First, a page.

An ever present problem facing industry and common among check valves of the ball type has been that of chatter. In order to overcame the chatter problem, it has been proposed to employ a poppet as a flow control means rather than the well-known ball. This proposal, although providing a solution to chatter, creates at the same time a number of new problems which need to be solved if the desired ends of feasibility and trade acceptance are to be attained.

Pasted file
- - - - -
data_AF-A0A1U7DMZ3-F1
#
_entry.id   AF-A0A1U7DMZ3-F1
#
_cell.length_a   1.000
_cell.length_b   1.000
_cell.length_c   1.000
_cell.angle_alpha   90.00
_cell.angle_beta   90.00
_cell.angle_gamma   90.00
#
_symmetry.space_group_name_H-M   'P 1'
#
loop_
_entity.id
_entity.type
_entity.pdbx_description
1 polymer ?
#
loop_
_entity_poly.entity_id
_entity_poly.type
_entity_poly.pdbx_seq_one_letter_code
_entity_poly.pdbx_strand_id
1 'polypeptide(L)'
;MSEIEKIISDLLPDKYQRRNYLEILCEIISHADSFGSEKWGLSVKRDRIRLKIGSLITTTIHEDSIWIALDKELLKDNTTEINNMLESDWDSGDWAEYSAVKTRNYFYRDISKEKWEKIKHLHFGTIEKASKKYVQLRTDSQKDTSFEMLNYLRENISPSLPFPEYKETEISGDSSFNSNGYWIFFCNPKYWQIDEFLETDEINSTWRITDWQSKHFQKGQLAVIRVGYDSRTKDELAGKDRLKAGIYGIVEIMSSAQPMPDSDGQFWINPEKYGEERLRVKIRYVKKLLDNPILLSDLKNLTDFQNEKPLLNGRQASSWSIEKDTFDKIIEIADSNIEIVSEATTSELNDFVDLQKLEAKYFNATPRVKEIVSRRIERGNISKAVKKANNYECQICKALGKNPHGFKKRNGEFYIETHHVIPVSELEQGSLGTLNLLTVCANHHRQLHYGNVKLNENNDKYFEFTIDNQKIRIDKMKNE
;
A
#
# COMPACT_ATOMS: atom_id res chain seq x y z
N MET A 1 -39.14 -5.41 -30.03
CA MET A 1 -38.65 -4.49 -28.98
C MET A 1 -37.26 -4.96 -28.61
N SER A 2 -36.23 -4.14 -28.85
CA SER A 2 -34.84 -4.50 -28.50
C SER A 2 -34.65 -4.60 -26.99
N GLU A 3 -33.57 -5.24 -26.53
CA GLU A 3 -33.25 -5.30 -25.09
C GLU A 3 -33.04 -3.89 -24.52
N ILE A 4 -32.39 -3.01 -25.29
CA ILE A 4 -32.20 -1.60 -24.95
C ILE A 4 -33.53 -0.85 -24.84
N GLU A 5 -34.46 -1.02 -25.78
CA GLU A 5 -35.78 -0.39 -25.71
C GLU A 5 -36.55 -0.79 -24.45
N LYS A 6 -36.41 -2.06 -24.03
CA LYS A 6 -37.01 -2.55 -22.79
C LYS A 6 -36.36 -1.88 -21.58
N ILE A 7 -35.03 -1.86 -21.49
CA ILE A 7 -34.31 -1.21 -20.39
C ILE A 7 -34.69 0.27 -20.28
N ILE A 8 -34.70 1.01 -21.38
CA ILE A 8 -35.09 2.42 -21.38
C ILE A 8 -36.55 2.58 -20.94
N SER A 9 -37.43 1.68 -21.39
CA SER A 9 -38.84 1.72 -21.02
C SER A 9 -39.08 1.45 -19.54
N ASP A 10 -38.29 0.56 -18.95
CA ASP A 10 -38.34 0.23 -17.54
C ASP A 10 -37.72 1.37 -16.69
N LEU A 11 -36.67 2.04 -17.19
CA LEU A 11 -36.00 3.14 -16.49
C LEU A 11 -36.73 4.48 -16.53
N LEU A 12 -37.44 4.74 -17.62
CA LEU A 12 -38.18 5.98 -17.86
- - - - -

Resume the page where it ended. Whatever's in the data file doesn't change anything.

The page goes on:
It has been difficult in connection with poppet type check valve known designs to hold the outside diameter as well as the length to a conveniently small size, with the result that these valves were not as compact as desired. The inability to maintain small dimensional characteristics was caused in part by the fact that several sealing rings were required to provide adequate protection against leakage. With the use of plural sealing rings, it was necessary to provide plural grooves, and therefore additional body material was required with the result that the valve is both greater in length and in diameter. Additionally, of course, the provision of several grooves for receiving sealing rings necessitated more machining than was desirable and therefore increased the cost factor. Some embodiments sought to overcome the problem by a unitary seal; however, the various methods of holding the seal served to constrict the normal flow passage, .prove inadequate from the seating standpoint and increase the cost of manufacture while still failing to obviate the undesirable characteristics of their predecessors.